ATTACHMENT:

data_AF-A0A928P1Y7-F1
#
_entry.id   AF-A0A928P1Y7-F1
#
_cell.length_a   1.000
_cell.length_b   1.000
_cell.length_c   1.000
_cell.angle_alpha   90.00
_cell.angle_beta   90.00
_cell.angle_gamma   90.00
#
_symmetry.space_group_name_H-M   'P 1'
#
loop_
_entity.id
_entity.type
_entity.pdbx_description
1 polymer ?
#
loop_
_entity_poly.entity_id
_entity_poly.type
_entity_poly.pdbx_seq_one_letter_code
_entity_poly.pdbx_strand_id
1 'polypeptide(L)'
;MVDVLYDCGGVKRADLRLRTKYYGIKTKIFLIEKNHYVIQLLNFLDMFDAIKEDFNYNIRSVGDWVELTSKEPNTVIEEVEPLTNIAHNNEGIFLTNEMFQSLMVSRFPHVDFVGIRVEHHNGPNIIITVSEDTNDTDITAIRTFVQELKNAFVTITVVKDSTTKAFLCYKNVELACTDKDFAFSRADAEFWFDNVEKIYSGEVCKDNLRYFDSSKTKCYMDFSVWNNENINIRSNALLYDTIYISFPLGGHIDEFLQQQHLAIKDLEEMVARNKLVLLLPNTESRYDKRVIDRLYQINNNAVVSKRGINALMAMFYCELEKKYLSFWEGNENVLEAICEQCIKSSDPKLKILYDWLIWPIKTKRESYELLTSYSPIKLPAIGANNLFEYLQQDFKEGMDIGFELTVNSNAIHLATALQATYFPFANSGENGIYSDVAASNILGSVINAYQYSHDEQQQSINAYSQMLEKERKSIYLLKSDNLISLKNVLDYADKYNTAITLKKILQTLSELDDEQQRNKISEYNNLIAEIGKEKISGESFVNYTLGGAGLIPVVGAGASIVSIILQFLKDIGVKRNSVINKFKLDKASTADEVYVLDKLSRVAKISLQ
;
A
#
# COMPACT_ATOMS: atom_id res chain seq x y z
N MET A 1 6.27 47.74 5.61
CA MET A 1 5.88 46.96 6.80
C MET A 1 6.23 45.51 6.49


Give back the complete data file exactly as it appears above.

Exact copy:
data_AF-A0A928P1Y7-F1
#
_entry.id   AF-A0A928P1Y7-F1
#
_cell.length_a   1.000
_cell.length_b   1.000
_cell.length_c   1.000
_cell.angle_alpha   90.00
_cell.angle_beta   90.00
_cell.angle_gamma   90.00
#
_symmetry.space_group_name_H-M   'P 1'
#
loop_
_entity.id
_entity.type
_entity.pdbx_description
1 polymer ?
#
loop_
_entity_poly.entity_id
_entity_poly.type
_entity_poly.pdbx_seq_one_letter_code
_entity_poly.pdbx_strand_id
1 'polypeptide(L)'
;MVDVLYDCGGVKRADLRLRTKYYGIKTKIFLIEKNHYVIQLLNFLDMFDAIKEDFNYNIRSVGDWVELTSKEPNTVIEEVEPLTNIAHNNEGIFLTNEMFQSLMVSRFPHVDFVGIRVEHHNGPNIIITVSEDTNDTDITAIRTFVQELKNAFVTITVVKDSTTKAFLCYKNVELACTDKDFAFSRADAEFWFDNVEKIYSGEVCKDNLRYFDSSKTKCYMDFSVWNNENINIRSNALLYDTIYISFPLGGHIDEFLQQQHLAIKDLEEMVARNKLVLLLPNTESRYDKRVIDRLYQINNNAVVSKRGINALMAMFYCELEKKYLSFWEGNENVLEAICEQCIKSSDPKLKILYDWLIWPIKTKRESYELLTSYSPIKLPAIGANNLFEYLQQDFKEGMDIGFELTVNSNAIHLATALQATYFPFANSGENGIYSDVAASNILGSVINAYQYSHDEQQQSINAYSQMLEKERKSIYLLKSDNLISLKNVLDYADKYNTAITLKKILQTLSELDDEQQRNKISEYNNLIAEIGKEKISGESFVNYTLGGAGLIPVVGAGASIVSIILQFLKDIGVKRNSVINKFKLDKASTADEVYVLDKLSRVAKISLQ
;
A
#
# COMPACT_ATOMS: atom_id res chain seq x y z
N MET A 1 6.27 47.74 5.61
CA MET A 1 5.88 46.96 6.80
C MET A 1 6.23 45.51 6.49